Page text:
Search Results for: working lives

Half of small business owners have no fixed working hours at all

Half of small business owners have no fixed working hours at all

A smiling small business owner works at a laptop with coffeeA new report from Samsung suggests that the stereotype of the typical small business owners as a person who work around the clock is outdated. Around half of full-time business owners in the UK say they have no fixed work hours at all, preferring a fluid workday set up. One-third (31 percent) of business owners also said they commit to fewer than 7 hours as a typical core working day, preferring to work when optimal to their businesses. More →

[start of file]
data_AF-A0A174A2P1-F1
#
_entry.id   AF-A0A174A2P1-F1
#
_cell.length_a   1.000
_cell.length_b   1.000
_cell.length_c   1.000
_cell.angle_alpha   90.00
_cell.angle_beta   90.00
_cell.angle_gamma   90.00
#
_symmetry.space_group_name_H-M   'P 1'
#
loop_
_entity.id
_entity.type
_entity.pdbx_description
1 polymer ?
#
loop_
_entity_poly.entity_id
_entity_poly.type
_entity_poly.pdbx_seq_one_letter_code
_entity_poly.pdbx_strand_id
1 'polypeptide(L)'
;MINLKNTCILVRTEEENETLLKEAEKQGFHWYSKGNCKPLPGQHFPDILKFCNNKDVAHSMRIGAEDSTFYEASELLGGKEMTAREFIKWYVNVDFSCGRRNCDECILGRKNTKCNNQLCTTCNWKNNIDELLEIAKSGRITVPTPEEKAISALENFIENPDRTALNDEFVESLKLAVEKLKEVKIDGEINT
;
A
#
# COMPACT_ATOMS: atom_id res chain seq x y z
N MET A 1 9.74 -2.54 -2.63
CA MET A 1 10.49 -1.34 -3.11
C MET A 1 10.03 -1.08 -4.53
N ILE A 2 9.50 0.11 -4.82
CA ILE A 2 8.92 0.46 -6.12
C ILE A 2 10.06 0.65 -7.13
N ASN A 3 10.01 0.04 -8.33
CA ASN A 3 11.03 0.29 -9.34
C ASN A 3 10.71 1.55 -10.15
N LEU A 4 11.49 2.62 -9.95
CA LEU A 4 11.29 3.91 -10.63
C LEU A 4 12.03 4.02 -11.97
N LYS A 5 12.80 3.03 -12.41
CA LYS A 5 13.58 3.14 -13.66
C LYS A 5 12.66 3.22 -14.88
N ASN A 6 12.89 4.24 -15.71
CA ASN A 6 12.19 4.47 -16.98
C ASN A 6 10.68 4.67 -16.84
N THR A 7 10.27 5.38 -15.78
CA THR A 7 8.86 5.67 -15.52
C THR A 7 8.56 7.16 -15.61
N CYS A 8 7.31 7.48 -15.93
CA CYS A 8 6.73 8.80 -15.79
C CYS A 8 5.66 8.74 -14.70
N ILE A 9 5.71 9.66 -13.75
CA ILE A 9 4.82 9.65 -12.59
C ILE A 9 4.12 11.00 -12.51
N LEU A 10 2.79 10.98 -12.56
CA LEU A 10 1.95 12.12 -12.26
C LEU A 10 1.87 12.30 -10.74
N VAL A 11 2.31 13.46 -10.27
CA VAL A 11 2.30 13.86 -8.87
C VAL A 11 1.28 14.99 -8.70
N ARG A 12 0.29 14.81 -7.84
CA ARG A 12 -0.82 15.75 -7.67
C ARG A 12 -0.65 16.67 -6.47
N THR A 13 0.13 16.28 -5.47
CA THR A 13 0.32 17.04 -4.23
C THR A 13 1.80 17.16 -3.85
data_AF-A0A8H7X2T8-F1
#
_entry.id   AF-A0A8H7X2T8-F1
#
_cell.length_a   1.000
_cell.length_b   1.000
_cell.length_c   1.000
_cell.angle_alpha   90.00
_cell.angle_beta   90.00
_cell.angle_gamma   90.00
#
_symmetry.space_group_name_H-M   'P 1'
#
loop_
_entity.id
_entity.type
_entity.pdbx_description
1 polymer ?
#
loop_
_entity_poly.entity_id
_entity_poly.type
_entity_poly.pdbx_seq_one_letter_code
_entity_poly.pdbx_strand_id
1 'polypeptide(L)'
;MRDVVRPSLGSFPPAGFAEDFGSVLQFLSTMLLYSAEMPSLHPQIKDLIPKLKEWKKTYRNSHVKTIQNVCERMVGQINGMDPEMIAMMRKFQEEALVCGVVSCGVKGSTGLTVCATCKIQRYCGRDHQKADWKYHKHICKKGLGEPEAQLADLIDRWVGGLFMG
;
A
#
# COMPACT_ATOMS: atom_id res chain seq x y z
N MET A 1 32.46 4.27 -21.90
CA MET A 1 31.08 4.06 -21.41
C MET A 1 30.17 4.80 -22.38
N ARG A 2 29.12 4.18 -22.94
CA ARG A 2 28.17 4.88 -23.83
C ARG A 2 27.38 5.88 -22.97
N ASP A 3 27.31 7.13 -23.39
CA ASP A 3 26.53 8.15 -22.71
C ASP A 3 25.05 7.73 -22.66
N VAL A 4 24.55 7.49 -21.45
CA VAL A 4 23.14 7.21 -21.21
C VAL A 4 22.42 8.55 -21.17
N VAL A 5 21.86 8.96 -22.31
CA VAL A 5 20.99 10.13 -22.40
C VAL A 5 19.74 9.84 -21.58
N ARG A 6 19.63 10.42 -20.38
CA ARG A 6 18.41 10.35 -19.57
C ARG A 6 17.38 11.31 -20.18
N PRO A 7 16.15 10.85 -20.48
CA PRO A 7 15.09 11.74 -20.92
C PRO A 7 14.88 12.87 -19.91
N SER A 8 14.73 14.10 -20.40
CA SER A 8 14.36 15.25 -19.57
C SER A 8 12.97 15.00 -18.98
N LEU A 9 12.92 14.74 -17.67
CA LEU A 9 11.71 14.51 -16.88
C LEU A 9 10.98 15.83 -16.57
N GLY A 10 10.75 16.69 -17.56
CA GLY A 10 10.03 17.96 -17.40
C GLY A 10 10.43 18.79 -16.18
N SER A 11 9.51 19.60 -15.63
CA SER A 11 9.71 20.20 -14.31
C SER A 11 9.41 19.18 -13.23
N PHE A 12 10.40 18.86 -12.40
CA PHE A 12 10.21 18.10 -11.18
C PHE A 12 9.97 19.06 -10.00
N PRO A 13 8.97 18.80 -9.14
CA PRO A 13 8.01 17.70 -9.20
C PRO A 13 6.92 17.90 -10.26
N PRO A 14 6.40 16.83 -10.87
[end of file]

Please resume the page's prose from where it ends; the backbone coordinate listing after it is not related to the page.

The success of hybrid working hinges on creating a great workplace experience

The success of hybrid working hinges on creating a great workplace experience

A carved heart to suggest great workplace experience for hybrid workingRecent statistics underline the extent to which hybrid working is now a permanent fixture of US business life. A recent report suggests that 74 percent of US companies are using or plan to implement a permanent hybrid working model, whilst 44 percent of US employees prefer a hybrid work model, compared to 51 percent of employers. 55 percent of employees want to work remotely at least three days a week and 59 percent of employees are more likely to choose an employer that offers remote work opportunities over one that doesn’t. More →

Hybrid working, work from anywhere and the evolution of the Third Place

Hybrid working, work from anywhere and the evolution of the Third Place